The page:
But within physical retail as well we have seen a shift in channel usage. The closure of so many stores means that shoppers are now looking for beauty products in a supermarket or a shopping for detergent in a garden centre. How do shoppers locate and select familiar products in an unfamiliar environment?
One positive we have seen is a shift to smaller, local stores. Another study by McKinsey found that 46% of shoppers in the US had started to shop in smaller neighbourhood stores. But how does the reduced range in such stores impact our product choice?
The forced switch to System 2
It has been widely accepted for years that the majority of grocery shopping was more about replenishment than what we would truly call shopping i.e. active decision making.
More than 60% of purchases during a trip were what we know as grab and go – fast, automatic, often pre planned (even if not written down), sub conscious, habitual purchasing.
This System 1 behaviour dominated grocery shopping.
However, the events of 2020 and now 2021 mean that shoppers have had to start shopping in System 2 – slow, more conscious and deliberate decision making.
One way systems mean we have to shift out of autopilot to ensure we don’t miss a category when we can’t turn back.
And at a brand level the out of stocks we saw due to panic buying in 2020 – and now in some cases due to supply issues in 2021 – mean that shoppers not only have to slow down, but they also have to stop completely and revaluate a product choice that they may have been making automatically for many years.
Shopper Intelligence reported that 44% of shoppers were unable to get the brand they wanted during the first lockdown in 2020 and switched to a new product.
What decisions are shoppers making in these situations? Have they formed new brand habits or broadened their repertoire? How quickly are old habits broken or new shopping habits formed in-store?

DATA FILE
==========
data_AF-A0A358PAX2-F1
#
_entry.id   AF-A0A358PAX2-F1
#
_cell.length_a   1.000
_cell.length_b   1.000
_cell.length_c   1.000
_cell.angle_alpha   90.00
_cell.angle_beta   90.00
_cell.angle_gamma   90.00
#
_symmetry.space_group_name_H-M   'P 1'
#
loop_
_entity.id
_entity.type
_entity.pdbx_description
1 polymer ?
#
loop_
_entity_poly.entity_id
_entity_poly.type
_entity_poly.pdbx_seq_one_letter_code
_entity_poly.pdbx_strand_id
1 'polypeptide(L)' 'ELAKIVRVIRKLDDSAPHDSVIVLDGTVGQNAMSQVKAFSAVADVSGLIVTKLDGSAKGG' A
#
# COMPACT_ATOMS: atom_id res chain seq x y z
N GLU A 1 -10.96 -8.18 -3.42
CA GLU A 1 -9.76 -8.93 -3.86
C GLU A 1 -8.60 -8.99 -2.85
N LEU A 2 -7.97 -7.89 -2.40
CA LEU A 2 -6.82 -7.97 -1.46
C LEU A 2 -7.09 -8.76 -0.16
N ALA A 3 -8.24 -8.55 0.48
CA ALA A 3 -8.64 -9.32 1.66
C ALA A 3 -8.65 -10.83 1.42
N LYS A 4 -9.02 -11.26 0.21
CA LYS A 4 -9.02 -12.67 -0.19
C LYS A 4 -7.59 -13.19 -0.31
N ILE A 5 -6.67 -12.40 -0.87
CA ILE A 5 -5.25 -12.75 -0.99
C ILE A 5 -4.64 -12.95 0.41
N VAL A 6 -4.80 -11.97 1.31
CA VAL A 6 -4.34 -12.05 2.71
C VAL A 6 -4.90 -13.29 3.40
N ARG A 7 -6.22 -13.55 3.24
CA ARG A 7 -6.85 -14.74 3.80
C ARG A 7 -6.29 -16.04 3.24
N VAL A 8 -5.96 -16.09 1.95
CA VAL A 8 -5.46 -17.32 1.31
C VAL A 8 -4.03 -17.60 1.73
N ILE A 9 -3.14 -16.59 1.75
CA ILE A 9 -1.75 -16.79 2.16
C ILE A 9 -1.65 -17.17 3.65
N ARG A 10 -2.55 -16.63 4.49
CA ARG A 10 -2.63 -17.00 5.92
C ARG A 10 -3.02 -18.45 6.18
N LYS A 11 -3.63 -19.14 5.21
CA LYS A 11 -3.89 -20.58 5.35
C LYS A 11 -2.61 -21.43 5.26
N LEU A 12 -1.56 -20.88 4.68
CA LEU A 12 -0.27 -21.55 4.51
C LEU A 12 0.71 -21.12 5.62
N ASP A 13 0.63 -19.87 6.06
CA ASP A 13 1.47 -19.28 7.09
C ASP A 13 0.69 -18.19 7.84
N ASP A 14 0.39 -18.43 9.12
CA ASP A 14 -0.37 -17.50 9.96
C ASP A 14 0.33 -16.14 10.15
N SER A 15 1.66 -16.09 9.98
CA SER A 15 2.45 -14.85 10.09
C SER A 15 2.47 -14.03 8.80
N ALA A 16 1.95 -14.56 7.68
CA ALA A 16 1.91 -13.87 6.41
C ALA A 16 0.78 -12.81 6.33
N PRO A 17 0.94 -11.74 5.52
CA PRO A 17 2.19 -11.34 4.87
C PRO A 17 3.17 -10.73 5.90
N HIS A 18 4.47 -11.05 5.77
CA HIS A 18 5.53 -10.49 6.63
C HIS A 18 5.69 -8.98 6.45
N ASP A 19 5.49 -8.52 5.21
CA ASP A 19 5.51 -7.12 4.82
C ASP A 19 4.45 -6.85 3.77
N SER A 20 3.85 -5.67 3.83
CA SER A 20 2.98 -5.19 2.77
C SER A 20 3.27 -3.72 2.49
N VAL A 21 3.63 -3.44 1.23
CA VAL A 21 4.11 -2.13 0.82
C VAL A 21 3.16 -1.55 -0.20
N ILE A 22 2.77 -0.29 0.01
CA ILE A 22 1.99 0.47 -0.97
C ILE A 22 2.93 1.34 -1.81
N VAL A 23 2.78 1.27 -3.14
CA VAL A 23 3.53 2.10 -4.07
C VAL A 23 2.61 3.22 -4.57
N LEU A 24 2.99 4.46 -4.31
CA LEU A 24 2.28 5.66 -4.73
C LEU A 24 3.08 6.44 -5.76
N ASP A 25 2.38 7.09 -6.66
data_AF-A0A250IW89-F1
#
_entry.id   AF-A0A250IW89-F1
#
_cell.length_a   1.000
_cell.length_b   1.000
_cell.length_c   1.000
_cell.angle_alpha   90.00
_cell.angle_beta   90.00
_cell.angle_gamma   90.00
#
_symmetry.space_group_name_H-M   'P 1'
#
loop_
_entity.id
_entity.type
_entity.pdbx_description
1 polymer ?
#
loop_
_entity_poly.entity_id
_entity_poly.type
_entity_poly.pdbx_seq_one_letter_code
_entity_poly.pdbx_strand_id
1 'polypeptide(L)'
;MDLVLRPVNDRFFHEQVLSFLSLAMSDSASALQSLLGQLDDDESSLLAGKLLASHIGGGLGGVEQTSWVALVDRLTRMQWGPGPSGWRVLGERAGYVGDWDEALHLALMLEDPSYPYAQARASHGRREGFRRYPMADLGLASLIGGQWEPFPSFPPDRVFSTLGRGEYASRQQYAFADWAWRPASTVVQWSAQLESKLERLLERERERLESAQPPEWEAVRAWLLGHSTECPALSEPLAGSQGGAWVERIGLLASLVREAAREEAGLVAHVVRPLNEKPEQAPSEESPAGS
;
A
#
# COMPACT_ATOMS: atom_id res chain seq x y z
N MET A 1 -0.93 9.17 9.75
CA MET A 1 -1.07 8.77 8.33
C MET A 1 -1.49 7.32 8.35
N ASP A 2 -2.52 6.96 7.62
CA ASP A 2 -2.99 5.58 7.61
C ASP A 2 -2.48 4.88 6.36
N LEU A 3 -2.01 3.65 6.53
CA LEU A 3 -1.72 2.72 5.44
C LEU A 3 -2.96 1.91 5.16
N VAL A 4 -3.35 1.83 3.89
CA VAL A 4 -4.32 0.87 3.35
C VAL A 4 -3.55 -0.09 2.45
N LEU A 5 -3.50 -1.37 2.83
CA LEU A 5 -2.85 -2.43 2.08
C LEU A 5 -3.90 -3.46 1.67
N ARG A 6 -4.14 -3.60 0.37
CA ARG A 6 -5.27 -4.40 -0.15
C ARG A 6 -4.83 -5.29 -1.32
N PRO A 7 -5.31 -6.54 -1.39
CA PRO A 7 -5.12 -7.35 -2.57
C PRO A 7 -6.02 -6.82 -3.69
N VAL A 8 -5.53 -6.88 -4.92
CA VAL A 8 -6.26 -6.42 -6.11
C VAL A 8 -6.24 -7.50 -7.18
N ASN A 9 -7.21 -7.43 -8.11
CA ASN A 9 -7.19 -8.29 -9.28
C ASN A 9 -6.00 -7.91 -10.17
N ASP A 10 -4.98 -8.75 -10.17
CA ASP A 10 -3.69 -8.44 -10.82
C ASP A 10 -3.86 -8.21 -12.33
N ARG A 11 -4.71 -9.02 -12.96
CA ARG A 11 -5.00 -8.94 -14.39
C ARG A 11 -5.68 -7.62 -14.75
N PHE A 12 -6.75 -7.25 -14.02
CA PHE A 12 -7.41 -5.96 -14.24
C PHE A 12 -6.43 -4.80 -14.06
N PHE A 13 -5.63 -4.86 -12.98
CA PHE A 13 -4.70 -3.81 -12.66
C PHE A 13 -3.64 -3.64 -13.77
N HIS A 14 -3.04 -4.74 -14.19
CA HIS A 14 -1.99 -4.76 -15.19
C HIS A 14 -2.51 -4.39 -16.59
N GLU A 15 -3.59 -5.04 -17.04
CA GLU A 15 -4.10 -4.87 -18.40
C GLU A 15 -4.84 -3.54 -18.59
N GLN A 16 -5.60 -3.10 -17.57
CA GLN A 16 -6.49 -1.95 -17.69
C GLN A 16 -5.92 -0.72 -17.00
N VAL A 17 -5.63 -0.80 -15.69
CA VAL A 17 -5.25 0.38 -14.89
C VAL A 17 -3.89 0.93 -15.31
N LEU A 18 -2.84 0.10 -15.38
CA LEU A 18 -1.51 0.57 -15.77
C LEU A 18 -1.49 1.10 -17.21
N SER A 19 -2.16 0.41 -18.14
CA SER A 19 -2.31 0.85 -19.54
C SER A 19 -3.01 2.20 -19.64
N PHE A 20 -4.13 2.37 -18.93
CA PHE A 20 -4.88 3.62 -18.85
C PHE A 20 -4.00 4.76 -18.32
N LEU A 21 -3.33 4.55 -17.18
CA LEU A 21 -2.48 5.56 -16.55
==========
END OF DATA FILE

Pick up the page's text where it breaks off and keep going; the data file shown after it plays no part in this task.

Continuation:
It’s not just temporary out of stocks that have influenced brand choice.
Ranges are continually being rationalised. There are now 13,724 fewer product lines in the top six supermarkets than there were in March 2020, a net fall of 9%.
In times of recession, shoppers have historically looked to established big brands for trust and this was still evident in 2020 but we also saw growth for own label and smaller brands.
In the US 36% of shoppers tried a new brand last year and 25% switched to own label for some products. One thing we do know is that a lot of smaller FMCG brands in the UK had their best year ever in 2020, what drove these shoppers to try a new product?
Impact of health and hygiene on purchase decisions
Health and hygiene became a priority for shoppers like never before during 2020.
In the US 59% of consumers said they are shopping more health consciously according to a study by Accenture and consumer health companies saw a 40% increase in sales of illness prevention and immunity boosting products. In the UK we saw sales of antibacterial products such as Hand Sanitiser increase by over 250% at the start of 2020.
And as the pandemic continues, we have seen numerous cleaning brands use effectiveness against Covid-19 as part of their marketing, how important actually is this, in shoppers decision making process?
Above is just a selection of some of the topics we have been discussing recently, there are many more factors both in and out of store that could be having an impact on our shopping behaviour.
Hopefully, as we move into 2021 we will see a return to a more normal shopping experience but there is no doubt that some shopping habits will remain changed and shopper behaviour will continue to fluctuate in a way it hasn’t for many years.
We are always looking for new insights to bring to our clients, and from that perspective, this is one of the most exciting times in recent memory.
I certainly can’t wait to get working on some of the questions above and if you’re interested in chatting through these points or discussing how we can help you to understand the changes in the shopping habits of your customers, please do get in touch by entering your details below
Get in touch to find out how we can help you understand your shoppers.
Written by Andy Bromley, Chief Operating Officer at Spark Emotions
If you have any questions, feel free to reach out to Andy via email email@example.com or connect with him on LinkedIn